When you’re doing security testing of container environments one of the things that can be pretty useful is having a container with useful tools connected to the container network. From there you can run network scans of the container network and also test the scenario of “malicious container”

There’s a couple of ways of achieving this goal. You could run a container interactively with something like

docker run -i -t [image_name] /bin/sh

but one of the downsides of using a container like this is if you exit from the container, it’ll stop running, so ideally you want a container that’ll keep running and that you can connect to over the network.

One example of this approach is this image which has a couple of useful features.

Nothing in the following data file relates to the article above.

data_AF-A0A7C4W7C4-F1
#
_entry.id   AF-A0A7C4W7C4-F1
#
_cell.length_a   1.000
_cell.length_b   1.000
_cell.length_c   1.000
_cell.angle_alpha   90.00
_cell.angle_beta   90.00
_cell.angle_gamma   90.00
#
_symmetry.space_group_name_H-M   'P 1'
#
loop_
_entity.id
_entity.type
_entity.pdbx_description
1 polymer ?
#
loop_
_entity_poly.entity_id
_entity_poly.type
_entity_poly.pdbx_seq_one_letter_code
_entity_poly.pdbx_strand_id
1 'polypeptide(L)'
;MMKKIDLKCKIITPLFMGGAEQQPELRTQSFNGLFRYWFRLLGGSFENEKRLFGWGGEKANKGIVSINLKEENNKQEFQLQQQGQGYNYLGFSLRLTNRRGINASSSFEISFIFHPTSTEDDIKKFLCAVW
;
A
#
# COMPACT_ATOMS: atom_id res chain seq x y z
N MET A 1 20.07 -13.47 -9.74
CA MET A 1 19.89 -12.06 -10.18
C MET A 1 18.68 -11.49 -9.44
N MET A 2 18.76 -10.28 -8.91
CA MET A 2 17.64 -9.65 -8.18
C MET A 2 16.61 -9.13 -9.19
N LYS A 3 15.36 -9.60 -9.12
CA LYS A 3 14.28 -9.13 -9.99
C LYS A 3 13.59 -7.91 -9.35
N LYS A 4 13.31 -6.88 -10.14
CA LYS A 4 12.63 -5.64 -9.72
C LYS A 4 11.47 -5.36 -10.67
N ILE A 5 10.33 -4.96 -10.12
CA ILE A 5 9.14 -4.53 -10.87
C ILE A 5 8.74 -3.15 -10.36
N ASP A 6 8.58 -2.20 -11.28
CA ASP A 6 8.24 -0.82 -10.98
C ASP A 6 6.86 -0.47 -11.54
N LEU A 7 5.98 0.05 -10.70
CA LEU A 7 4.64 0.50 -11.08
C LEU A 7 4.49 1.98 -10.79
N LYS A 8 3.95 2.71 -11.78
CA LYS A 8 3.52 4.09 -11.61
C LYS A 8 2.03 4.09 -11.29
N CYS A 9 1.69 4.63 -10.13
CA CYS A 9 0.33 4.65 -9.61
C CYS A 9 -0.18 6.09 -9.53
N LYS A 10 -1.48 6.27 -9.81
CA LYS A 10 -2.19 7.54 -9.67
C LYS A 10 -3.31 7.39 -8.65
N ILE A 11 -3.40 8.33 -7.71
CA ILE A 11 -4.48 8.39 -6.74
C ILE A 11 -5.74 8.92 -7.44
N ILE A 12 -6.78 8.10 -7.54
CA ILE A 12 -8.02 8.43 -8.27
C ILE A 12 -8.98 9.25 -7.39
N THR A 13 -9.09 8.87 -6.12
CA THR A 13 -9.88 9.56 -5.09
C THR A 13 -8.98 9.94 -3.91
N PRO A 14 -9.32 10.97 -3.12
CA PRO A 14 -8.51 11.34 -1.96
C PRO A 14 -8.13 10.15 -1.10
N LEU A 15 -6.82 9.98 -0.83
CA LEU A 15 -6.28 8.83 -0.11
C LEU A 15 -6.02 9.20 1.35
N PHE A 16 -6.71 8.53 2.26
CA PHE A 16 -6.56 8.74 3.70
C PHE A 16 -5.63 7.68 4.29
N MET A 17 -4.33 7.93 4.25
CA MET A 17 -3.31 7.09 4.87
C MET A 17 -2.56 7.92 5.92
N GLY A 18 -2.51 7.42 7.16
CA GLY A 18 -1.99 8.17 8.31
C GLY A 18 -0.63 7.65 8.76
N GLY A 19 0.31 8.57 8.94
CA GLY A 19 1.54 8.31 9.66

Its based on alpine linux so the image is nice and small, and it runs an SSH daemon so that it’ll stay running and you can just connect in with SSH (assuming that you have a root from the location you start from to the container)

It also has a neat trick that I got from some Fedora dockerfiles which is that it creates a random password each time you start an instance of the image. This is a good thing (tm) as you don’t want a static password baked in to your image.

To use this approach just do something like

docker run -d raesene/alpine-containertools

then find out what IP address has been assigned to your container with

docker inspect -f "{{.NetworkSettings.IPAddress}}" [container_name]

and what the password that’s been generated with

docker logs [container_name]

and you should be able to SSH in and get started with testing. This image has some network tools like nmap and curl and also some container tools like the docker client, kubectl and etcdctl which is handy for checking whether you can get access to the ETCD database in a Kubernetes network.


Security Geek, Kubernetes, Docker, Ruby, Hillwalking